Mission Aviation Fellowship

A Virgin Sleeping Beauty awakes

No – we haven’t regressed to fairy tales (at least, not just yet), but rather a modern fable demonstrating the current buoyant state of the airline business.

The Sleeping Beauty in question is an Airbus A340-600 belonging to Virgin Atlantic, named ‘Sleeping Beauty’ and registered, appropriately enough, G-VNAP. They’re not short of imagination at Virgin Atlantic, it’s one of the reasons they’re one of our favourite airlines [full disclosure – that and the amount of air miles some of our staff have accumulated with them].

A340 sleeping beauty detail

‘Sleeping Beauty’ entered service with VA in 2005 and no doubt flew a zillion air miles until, in 2015, she went into storage in Tarbes, south west France. Tarbes, and a sister base in Teruel, Spain, are becoming the European equivalent of Mojave in California where aircraft go for long term storage and with a capacity for up to 250 stored aircraft between them, she no doubt had plenty of company.

In some cases, these aircraft are destined not to fly again, but more happily late last year Virgin decided they wanted their sleeping beauty back and the handsome prince awoke her with a kiss – or rather a team of engineers got her airworthy again, before a trip to Manchester for a full re-spray. So it is that the Virgin Sleeping Beauty has been awoken, hopefully to ply the airways for a few years to come. Virgin Atlantic CEO, Craig Kreeger, said “We hope we’ve created something our people can feel proud of, which is also eye-catching and fun for our customers.”

A340 Sleeping Beauty

However, how long ‘sleeping beauty’ will enjoy her second lease of life is unclear. It’s likely that she’s been bought back into service to help cover a shortfall in serviceability of the airline’s 787 fleet, caused by problems with their V1000 engines. Of course, Virgin Atlantic used to have a policy of only operating four-engine aircraft on its long-haul routes and even painted some of its aircraft with the slogan ‘4 engines 4 long haul’. (Incidentally, we’re reminded of the story of a senior Boeing engine who was once asked why he would only cross the Atlantic on a four-engine aircraft; “Because Boeing don’t make any five engine aircraft” was his caustic reply). It’s also worth noting that Virgin Atlantic have finally formally announced the cancellation of their oft-postponed purchase of A380s which is a bit of a shame, as we’d like to have seen what they would have done with that space, especially nearer the pointy end.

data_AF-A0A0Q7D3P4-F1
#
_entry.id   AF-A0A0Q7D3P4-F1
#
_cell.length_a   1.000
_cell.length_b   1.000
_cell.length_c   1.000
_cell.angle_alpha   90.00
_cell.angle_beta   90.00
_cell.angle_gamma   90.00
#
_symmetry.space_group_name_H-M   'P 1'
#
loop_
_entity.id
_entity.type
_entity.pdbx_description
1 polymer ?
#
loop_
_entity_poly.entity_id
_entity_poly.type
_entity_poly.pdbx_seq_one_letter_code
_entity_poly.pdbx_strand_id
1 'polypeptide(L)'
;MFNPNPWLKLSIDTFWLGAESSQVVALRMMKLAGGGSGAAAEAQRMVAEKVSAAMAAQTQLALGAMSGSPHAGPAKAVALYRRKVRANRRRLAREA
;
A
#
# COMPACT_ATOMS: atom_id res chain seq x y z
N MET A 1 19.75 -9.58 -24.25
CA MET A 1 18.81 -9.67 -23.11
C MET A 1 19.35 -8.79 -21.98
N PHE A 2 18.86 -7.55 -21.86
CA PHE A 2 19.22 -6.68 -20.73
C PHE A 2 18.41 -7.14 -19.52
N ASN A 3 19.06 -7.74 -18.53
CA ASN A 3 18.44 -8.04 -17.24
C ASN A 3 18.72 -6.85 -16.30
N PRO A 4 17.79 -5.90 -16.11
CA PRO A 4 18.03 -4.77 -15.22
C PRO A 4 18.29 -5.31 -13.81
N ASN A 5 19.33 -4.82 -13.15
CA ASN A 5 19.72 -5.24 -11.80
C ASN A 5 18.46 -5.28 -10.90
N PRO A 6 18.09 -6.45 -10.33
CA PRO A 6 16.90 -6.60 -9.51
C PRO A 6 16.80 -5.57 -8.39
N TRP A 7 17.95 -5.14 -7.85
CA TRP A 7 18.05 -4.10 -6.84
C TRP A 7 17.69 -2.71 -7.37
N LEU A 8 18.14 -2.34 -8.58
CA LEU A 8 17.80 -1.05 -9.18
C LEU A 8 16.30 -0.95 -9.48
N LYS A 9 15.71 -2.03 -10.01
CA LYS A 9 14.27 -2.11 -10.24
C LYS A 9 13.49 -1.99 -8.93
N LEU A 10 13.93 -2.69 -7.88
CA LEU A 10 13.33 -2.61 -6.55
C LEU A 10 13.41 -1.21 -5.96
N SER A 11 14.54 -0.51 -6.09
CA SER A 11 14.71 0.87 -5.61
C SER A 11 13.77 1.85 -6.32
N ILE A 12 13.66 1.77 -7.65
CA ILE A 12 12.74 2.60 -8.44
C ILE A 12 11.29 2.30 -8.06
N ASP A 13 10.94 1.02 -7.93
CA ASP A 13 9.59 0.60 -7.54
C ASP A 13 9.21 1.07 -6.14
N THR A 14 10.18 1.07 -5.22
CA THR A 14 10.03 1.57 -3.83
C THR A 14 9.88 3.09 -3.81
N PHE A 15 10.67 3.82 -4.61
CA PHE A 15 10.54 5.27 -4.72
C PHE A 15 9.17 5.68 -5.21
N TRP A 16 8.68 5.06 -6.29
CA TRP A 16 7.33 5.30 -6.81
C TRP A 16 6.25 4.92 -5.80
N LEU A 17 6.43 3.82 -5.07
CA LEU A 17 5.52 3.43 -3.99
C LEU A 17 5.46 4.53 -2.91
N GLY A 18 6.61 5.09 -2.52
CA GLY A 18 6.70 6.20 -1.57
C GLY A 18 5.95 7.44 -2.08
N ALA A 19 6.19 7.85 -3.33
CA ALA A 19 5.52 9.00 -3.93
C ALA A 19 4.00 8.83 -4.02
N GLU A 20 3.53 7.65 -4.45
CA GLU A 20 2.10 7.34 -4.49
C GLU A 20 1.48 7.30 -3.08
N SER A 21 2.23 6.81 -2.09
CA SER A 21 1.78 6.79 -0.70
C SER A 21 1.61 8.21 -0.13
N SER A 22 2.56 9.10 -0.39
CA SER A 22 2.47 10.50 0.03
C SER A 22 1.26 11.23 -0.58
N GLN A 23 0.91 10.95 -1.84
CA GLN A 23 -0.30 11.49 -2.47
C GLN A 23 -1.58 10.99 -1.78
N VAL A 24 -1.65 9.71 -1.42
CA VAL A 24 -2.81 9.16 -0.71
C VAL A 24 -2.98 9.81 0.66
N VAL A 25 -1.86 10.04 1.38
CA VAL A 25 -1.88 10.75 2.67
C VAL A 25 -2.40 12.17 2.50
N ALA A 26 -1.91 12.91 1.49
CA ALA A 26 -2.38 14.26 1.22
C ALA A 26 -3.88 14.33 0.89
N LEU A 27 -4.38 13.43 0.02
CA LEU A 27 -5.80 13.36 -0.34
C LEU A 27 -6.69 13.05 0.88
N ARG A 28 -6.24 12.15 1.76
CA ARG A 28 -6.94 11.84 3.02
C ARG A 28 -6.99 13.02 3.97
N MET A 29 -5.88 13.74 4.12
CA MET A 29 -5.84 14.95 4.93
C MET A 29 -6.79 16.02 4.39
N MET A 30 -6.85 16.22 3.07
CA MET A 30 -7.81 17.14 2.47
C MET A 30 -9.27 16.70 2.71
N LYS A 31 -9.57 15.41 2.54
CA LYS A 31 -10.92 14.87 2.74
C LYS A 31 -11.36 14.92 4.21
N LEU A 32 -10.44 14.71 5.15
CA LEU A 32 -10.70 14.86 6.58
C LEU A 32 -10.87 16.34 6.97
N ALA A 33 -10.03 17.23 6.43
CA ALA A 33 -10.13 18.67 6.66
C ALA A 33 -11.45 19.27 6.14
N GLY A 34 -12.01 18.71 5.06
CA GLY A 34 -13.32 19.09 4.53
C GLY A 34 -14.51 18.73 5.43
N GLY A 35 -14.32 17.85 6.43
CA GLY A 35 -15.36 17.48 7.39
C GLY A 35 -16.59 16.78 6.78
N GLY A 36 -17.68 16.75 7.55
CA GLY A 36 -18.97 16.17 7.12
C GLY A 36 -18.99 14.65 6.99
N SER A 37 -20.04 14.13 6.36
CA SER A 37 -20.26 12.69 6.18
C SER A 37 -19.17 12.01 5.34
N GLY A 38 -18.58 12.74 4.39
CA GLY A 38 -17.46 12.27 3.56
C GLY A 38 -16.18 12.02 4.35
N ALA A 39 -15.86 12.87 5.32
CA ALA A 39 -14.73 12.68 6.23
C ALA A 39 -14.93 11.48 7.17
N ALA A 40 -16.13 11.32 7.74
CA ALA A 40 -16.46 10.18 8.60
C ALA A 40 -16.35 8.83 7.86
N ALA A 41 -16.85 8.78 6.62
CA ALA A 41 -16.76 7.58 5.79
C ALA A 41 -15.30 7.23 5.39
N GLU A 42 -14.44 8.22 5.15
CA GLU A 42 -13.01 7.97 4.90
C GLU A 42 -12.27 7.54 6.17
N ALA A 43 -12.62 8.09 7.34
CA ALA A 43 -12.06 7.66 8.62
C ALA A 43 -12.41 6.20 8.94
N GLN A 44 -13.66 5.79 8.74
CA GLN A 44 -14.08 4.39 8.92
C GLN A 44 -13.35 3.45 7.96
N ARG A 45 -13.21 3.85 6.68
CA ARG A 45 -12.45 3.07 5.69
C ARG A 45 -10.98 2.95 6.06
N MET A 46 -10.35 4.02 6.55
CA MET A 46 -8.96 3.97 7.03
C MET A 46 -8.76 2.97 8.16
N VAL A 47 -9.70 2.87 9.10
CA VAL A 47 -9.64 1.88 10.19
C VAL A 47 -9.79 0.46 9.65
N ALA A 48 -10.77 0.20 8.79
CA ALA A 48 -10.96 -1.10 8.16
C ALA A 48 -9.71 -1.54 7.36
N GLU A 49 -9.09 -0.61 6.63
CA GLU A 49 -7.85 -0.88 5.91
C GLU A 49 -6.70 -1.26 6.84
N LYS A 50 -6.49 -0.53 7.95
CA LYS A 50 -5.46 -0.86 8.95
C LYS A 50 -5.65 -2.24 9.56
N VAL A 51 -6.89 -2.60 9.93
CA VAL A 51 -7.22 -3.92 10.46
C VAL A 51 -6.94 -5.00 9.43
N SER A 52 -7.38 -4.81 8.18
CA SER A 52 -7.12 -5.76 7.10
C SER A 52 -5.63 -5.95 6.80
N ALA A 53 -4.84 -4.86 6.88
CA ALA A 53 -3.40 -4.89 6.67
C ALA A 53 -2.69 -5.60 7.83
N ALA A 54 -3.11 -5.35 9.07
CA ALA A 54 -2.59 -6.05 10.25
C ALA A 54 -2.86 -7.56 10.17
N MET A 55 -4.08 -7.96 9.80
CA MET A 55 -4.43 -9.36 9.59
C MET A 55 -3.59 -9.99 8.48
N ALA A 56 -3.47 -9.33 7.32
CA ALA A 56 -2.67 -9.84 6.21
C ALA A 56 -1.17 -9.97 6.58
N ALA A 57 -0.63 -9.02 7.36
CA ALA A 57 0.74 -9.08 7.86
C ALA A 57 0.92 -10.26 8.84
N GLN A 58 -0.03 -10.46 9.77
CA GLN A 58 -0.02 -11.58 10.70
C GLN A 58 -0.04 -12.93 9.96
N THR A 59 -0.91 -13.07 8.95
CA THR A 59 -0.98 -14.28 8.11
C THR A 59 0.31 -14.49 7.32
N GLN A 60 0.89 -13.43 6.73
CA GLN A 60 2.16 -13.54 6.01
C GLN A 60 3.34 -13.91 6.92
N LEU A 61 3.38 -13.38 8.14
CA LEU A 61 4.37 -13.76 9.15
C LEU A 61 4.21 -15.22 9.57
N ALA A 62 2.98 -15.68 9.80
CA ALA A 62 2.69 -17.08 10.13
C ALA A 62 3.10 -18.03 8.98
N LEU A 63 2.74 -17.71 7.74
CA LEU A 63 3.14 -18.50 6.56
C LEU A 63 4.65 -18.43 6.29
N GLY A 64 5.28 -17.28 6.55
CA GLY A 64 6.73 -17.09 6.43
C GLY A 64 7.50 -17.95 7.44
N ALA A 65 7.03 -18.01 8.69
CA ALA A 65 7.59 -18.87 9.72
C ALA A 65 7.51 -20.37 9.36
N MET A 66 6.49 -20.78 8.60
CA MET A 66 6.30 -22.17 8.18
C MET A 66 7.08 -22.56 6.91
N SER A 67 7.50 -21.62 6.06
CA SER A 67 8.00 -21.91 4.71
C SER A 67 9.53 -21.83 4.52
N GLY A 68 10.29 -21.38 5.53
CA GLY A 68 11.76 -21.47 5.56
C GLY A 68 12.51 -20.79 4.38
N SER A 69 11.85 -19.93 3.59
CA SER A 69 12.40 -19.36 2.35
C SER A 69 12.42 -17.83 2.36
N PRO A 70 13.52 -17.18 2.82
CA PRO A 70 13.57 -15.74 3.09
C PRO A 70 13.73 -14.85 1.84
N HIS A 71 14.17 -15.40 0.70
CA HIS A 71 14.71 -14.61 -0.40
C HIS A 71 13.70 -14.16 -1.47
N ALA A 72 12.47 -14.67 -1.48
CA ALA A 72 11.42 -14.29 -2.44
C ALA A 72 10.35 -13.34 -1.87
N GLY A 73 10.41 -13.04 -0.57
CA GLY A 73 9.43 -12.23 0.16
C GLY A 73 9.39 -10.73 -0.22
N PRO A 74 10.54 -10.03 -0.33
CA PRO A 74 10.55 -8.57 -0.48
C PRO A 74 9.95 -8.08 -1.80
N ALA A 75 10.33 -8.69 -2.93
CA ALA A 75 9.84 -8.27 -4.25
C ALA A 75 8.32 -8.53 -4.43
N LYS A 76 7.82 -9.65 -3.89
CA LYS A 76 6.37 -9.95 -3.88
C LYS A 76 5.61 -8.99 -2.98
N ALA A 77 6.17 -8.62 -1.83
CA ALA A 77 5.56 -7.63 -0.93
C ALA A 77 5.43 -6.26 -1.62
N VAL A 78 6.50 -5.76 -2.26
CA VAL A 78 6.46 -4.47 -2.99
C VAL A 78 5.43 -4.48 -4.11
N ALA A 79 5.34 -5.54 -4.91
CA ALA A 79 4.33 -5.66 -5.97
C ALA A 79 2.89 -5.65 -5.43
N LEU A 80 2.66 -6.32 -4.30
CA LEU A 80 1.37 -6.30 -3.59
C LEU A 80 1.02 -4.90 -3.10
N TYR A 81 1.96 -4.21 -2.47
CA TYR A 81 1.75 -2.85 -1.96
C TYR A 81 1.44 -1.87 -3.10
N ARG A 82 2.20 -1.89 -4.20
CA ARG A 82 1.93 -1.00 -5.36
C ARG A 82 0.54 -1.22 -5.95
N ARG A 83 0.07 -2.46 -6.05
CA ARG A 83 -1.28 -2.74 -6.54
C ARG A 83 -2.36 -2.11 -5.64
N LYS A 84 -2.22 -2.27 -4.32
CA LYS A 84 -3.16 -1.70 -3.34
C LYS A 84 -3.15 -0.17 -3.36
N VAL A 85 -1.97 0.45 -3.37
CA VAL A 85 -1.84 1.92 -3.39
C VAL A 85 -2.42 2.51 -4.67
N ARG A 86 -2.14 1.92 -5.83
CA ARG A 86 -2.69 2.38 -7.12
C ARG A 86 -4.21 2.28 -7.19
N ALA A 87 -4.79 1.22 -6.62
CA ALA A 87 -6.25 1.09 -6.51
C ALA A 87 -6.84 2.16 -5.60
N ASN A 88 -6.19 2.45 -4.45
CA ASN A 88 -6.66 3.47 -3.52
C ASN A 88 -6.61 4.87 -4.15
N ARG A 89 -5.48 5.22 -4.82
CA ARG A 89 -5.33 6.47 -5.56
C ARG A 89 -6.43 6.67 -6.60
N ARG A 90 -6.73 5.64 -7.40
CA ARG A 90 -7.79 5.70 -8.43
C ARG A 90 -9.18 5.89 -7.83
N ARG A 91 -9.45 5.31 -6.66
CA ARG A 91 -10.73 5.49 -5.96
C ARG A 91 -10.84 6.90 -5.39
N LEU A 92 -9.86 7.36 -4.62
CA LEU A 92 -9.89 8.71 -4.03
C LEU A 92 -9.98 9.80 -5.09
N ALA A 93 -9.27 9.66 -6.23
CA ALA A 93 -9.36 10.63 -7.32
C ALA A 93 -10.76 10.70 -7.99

Meantime, the A340s soldier on, so should you see ‘Sleeping Beauty’ at an airport sometime, it might be worth reflecting that her name has turned out to be more appropriate than anyone could have imagined when she first entered service. Of course aeroplanes don’t have souls, but they often have stories, and that’s no bad thing in an age and industry which is sometimes less romanticthan it used to be.

Author: Adrian Mahovics

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